‘Floor Is Lava’ bubbles to top of silly shows

USA TODAY US Edition - - LIFE - Bill Keveney

Re­mem­ber that child­hood game where you jumped from chair to couch to ot­toman to avoid a floor of imag­i­nary molten lava – and, hope­fully, • parental scold­ing? h Pro­duc­ers of Net­flix’s wild new re­al­ity TV com­pe­ti­tion, “Floor Is Lava” (now stream­ing), took that lit­er­ally, save for the ac­tual magma.

In “Lava,” teams of friends and fam­ily mem­bers try to get from one side of a room to the other, jump­ing on beds, ta­bles and chairs, inch­ing along walls and lit­er­ally swing­ing from chan­de­liers to avoid dis­ap­pear­ing into a steam­ing sea of red­dish-orange liq­uid.

Rooms range from kitchen and bed­room to a plan­e­tar­ium with an Apollo cap­sule, all fea­tur­ing odd and out­size ar­ti­facts. The goal: Get as many team­mates to to the exit as quickly as pos­si­ble with­out fall­ing into the liq­uid, which spells in­stant elim­i­na­tion for any con­tes­tant.

“Lava,” hosted by Rut­ledge Wood (“Top Gear”), isn’t alone in TV’s sum­mer of silli­ness, an es­capist al­ter­na­tive to the re­al­ity of COVID-19 and so­cial and po­lit­i­cal un­rest. ABC has “Don’t” and mini-golf-themed “Ho­ley Mo­ley”; CBS has “Game On,” and Fox plays “Ul­ti­mate Tag.”

For now, “Lava” ap­pears to be the stand­out en­try, top­ping Net­flix’s list of the Top 10 U.S. ti­tles the week­end of its re­lease on June 19, and this week. Each win­ning three-per­son team gets $10,000 and a $29 lava lamp, or “vol­cano of vic­tory,” as ex­ec­u­tive pro­ducer Irad Eyal calls it. “We wanted it to feel like an ac­tion-ad­ven­ture movie, like ‘Night at the Mu­seum’ or ‘Raiders of the Lost Ark’ (and) give ev­ery­body the op­por­tu­nity to do all of the things that you were for­bid­den by your par­ents to do when you played at home,” Eyal says. Ex­ec­u­tive pro­ducer Me­gan McGrath says “Lava” strikes a chord and makes for fun fam­ily view­ing: “We al­ways thought it was a good idea, but right now it’s sort of the per­fect storm of ter­ri­ble­ness in the world, and peo­ple re­ally need a laugh. … We’re get­ting so many videos and pic­tures of kids play­ing it at home while they’re watch­ing. It’s a won­der­ful thing to see.” Eyal and McGrath ex­plain what goes into stag­ing “Lava.” Ques­tion: Where did the idea for this show, which was filmed last sum­mer, come from? Me­gan McGrath: At Christ­mas a cou­ple of years ago, I was vis­it­ing my par­ents in Penn­syl­va­nia. I went into the base­ment. It hadn’t

changed at all since I was a kid, and it all came flood­ing back to me. I re­mem­bered play­ing for hours with my brother, jump­ing from the couch to the cof­fee ta­ble and throw­ing the cush­ions on the ground to act like lily pads to get away from the lava. And I re­al­ized we could make it into a pretty epic game show.

Q: Where did you shoot a show that re­quired an elab­o­rate set with a huge tank to hold a vol­cano’s worth of liq­uid?

Irad Eyal: A lot of Hol­ly­wood stu­dios turned us down be­cause they did not want 100,000 gal­lons of lava on their sets. We ended up film­ing it in an old IKEA in Bur­bank, which was a per­fect space be­cause it was enor­mous and struc­turally sound enough to sup­port all of the lava.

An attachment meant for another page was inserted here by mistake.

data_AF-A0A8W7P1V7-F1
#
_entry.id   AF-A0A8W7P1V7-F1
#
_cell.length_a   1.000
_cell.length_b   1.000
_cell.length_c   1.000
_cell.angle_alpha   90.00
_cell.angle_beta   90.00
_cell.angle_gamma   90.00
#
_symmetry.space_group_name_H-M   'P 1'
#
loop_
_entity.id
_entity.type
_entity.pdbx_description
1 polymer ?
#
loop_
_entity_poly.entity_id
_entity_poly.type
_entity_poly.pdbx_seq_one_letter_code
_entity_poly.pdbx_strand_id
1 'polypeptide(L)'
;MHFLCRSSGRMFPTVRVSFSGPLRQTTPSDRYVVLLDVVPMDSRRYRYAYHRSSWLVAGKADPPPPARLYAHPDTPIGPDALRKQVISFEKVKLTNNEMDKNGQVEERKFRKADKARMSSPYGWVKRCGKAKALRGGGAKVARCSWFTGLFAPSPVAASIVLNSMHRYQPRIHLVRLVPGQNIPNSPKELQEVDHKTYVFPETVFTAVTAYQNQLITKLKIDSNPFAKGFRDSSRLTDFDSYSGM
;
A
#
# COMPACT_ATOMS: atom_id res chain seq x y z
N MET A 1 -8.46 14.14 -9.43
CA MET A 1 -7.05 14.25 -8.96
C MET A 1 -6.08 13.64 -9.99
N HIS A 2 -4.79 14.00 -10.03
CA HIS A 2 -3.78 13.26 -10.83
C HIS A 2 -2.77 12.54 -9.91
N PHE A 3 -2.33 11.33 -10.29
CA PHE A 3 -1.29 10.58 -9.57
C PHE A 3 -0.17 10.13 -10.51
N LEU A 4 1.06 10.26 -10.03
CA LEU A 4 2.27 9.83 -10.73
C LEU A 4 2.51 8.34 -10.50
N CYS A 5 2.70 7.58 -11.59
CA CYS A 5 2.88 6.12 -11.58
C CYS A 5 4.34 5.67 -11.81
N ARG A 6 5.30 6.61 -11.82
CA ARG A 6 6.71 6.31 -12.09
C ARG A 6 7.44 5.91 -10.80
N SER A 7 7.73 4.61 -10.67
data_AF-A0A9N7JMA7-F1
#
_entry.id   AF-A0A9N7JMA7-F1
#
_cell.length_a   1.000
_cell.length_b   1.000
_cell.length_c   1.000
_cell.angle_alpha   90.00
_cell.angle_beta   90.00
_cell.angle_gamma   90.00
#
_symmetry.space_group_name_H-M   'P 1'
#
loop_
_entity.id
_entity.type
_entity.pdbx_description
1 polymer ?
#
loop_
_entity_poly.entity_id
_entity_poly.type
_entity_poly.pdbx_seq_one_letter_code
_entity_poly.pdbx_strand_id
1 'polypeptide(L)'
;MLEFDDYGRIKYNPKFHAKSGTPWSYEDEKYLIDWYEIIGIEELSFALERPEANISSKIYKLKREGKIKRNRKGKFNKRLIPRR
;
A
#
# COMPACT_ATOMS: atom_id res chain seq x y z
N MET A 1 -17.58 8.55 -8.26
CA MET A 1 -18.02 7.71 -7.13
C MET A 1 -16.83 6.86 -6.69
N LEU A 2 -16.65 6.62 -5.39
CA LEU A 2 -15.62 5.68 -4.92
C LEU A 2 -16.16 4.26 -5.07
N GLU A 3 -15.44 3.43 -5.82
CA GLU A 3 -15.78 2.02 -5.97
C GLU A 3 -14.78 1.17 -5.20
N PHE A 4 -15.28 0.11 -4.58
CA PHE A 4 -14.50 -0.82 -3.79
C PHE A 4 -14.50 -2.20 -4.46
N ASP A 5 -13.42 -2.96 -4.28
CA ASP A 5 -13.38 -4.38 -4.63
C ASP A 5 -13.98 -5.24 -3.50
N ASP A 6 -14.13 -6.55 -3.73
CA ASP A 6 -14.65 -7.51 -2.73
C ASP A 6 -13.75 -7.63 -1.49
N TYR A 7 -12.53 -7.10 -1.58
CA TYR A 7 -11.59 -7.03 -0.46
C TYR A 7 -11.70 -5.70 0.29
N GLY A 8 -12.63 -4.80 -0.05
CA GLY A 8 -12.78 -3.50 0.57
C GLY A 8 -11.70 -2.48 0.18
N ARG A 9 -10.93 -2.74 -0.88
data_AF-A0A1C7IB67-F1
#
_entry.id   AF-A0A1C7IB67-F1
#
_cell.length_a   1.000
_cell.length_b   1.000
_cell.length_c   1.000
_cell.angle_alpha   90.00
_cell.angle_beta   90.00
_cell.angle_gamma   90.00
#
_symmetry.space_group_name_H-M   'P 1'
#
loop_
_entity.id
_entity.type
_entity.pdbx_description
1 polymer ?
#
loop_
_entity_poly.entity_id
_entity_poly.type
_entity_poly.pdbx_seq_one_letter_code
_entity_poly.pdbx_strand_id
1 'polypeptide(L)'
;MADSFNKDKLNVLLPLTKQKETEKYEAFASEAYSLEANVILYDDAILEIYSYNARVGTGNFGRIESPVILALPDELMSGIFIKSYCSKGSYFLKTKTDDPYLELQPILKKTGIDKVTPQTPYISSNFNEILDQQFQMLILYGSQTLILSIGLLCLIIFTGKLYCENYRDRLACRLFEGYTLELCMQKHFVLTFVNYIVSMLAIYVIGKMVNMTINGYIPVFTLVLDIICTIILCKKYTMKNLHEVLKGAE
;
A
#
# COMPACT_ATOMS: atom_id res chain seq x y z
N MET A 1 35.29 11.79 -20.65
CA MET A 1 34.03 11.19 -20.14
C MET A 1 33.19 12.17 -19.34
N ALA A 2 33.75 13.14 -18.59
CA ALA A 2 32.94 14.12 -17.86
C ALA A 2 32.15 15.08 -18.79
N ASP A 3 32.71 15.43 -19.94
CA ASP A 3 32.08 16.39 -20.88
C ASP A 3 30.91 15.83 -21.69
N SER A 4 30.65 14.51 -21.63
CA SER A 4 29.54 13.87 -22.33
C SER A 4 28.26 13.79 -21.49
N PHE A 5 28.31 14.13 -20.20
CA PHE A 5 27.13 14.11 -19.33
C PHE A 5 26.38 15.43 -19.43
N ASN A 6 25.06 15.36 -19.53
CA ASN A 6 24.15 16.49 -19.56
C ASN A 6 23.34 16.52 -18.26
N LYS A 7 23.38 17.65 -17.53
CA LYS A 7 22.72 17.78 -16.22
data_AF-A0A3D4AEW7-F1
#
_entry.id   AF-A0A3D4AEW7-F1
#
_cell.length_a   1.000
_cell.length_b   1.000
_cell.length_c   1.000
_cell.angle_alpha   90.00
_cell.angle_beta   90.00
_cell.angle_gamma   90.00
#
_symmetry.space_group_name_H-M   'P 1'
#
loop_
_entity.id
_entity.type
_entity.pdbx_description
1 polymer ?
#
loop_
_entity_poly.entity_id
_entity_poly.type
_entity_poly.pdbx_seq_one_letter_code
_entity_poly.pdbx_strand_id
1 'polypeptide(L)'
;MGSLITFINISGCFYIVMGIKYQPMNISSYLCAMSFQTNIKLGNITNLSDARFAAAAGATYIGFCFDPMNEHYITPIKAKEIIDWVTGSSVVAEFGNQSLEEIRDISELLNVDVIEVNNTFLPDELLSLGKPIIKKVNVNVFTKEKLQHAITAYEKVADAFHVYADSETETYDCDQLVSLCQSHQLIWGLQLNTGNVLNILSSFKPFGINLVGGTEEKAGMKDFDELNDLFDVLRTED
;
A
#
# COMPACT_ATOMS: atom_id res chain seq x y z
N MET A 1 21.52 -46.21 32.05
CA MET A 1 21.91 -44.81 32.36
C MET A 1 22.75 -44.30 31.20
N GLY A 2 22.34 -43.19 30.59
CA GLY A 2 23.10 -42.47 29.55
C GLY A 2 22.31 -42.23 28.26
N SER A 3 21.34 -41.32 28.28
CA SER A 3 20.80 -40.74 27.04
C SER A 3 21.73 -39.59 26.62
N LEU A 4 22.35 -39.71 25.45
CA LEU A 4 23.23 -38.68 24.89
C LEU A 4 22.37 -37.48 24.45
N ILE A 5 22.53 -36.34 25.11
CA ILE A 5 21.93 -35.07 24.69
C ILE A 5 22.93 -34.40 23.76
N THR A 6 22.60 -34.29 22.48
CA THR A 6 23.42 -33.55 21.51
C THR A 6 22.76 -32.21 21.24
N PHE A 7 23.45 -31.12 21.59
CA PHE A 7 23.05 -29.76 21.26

Q: What is the lava made of?

Eyal: We can’t give away our for­mula, mostly be­cause we spent months fig­ur­ing it out. We had a com­pany set up a lab­o­ra­tory where we tested all dif­fer­ent for­mu­la­tions. We wanted it to be the right color, the right vis­cos­ity, the right slip­per­i­ness. It has slimy prop­er­ties (and) a cer­tain glow. … They were also in­vent­ing dif­fer­ent ways to make the lava bub­ble, smoke and ex­plode. … They had things called belch­ers, bub­blers, smok­ers and blow­ers that got the lava to re­act the way we wanted it to.

Q: How deep is the lava?

Eyal: That’s an­other thing that’s un­der wraps, but the goal was safety. We wanted to make sure that they could fall from 10 feet up and not get hurt. (No con­tes­tants were in­jured, he said.)

Q: How did you design the rooms and the var­i­ous es­cape routes?

McGrath: We wanted it to be an open course where there there’s no one answer. We want the teams to solve it cre­atively, so we had to make sure there were tons of dif­fer­ent routes that peo­ple could take. … Spoiler alert: In Episode 8, there is a girl named Ari and she goes a com­pletely dif­fer­ent way that we had never seen be­fore. No­body on our team had thought it was pos­si­ble. It was amaz­ing.

Q: How much do con­tes­tants know in ad­vance about the course, es­pe­cially se­cret tools such as the staff on the wall or the key in the pizza oven?

Eyal: We didn’t tell them any­thing about it dur­ing cast­ing. They didn’t even know the name of the show. They would come to the set and see it and fig­ure it out for the first time. They knew there were ob­jects that could trans­form the play­ing field, things they could ma­nip­u­late. We let them know ev­ery­thing is in play, feel free to move stuff, grab stuff, jump and lean on things – just so they would know that they were free to go nuts.

Q: When con­tes­tants fall into the lava, they dis­ap­pear. Do you stop film­ing when they emerge?

Eyal: The goal of the show was the game you played as a kid has come to life. So we don’t want to do any­thing to break the il­lu­sion of it. What I can tell you is ev­ery­body on the show worked hard to fig­ure out ways to have them plunge into the lava with­out get­ting singed, burned, drowned, in­jured. All those con­tes­tants want to come back and play again. They all sur­vived.


“Floor Is Lava” host Rut­ledge Wood watches a spurt­ing molten foun­tain of red on the show’s jaw-drop­ping set.

A con­tes­tant watches his team­mate fall to his molten demise in Net­flix’s pop­u­lar new re­al­ity com­pe­ti­tion, “Floor Is Lava.”


A triplet trio eval­u­ates an es­cape route on “Floor Is Lava.”

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